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Suppose that in an empty space there is only one proton. This proton would have created a field of positive charge which should attract possible negative electrons, so now we add two electrons on opposite sides of the proton in a similar distance. What happens then?

Are both electrons attracted to proton with full/half the force before the one that was a little bit closer reaches the proton first and forms a bond and the other one now glides past neutral hydrogen atom?

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    $\begingroup$ Um...the proton will attract each electron equally strongly, and it will attract one of two as strongly as one of hundred. What changes when you add electrons is that they also repel each other. $\endgroup$ – ACuriousMind Feb 1 '15 at 16:26
  • $\begingroup$ You might ask the chemists about the stability of the ion $\mathrm{H}^-$ ... $\endgroup$ – dmckee --- ex-moderator kitten Feb 1 '15 at 16:31
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A proton and two electrons is a quantum mechanical problem. The hydrogen atom has energy levels which can be occupied by one electron if its energy is such that it can be captured, but a second electron can also be captured again depending on its energy. The energy levels will be modified but a solution exists.

The negatively charged hydrogen atom is an anion.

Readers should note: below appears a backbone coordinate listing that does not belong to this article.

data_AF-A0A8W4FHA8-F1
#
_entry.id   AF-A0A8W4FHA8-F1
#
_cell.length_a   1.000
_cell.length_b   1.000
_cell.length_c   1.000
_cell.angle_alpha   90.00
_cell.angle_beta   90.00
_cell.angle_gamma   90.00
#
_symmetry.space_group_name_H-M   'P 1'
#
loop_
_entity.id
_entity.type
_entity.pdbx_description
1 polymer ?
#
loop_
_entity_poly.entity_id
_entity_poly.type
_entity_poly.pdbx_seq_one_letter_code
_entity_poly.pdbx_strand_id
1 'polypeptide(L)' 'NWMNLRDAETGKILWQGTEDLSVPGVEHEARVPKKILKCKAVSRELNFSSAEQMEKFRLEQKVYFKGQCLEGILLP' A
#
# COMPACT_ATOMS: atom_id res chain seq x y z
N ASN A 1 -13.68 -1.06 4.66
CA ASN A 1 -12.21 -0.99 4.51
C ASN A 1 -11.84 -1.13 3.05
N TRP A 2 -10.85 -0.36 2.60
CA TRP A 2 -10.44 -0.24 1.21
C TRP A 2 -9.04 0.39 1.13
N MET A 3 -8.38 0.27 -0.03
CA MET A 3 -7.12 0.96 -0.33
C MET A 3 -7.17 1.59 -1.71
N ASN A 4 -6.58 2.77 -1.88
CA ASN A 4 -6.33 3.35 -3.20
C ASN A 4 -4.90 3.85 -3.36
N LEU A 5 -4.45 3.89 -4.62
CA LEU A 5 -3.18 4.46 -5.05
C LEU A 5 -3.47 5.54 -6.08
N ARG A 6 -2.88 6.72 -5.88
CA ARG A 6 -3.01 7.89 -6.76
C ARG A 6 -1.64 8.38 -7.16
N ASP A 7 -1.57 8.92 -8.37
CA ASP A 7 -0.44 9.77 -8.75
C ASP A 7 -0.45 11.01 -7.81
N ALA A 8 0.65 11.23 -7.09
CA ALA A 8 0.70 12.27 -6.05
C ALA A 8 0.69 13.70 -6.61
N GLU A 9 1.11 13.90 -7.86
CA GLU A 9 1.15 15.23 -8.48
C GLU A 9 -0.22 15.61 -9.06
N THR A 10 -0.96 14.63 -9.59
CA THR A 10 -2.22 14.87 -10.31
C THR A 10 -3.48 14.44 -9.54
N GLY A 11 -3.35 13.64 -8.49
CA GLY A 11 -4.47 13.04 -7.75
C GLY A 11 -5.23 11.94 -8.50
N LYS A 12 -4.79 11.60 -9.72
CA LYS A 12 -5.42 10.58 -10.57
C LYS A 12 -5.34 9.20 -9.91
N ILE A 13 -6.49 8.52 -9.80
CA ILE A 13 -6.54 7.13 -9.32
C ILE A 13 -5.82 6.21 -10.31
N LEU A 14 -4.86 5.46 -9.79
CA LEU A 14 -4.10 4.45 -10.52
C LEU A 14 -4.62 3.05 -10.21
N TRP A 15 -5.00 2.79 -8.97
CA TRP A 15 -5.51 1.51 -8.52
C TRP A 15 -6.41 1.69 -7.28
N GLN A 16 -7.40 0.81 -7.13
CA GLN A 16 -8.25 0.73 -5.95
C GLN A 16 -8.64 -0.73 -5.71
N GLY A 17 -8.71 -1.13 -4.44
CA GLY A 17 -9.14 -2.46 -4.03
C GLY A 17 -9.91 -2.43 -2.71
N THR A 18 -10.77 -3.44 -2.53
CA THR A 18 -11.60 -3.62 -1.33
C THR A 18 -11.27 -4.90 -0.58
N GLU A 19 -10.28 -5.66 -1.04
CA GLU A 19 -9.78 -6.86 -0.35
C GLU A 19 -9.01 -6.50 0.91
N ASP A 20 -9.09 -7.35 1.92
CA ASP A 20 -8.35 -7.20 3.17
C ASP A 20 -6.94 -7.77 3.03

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What you are talking about it exactly what is known as the protide(hydride) ion. A protide ion has a negative charge - one proton and two electrons. In another case, any covalently (even datively) bonded hydrogen atom has two electrons, generally one of itself and one of the atom bonded to it, though in the case of a dative bond (such as in ammonium ion) both of the electrons are supplied by the other atom.

Though the protium/hydrogen atom is neutral at zero net charge, it has internal structure and therefore there are always parts of it left "exposed" to allow it to attract more electrons. The number of electrons it can attract is then the matter of orbitals. 1s orbital which a hydrogen atom has can hold up to two electrons, thanks to electrons' half integer spin that allow them to bear opposite spins so that Pauli's Exclusion Principle doesn't make them repel too strongly. Any more electrons will repel too strongly and will need to occupy an orbital of a higher energy level, and the energy level might be too high that it'd rather be a free electron than to bind to the hydrogen nucleus.

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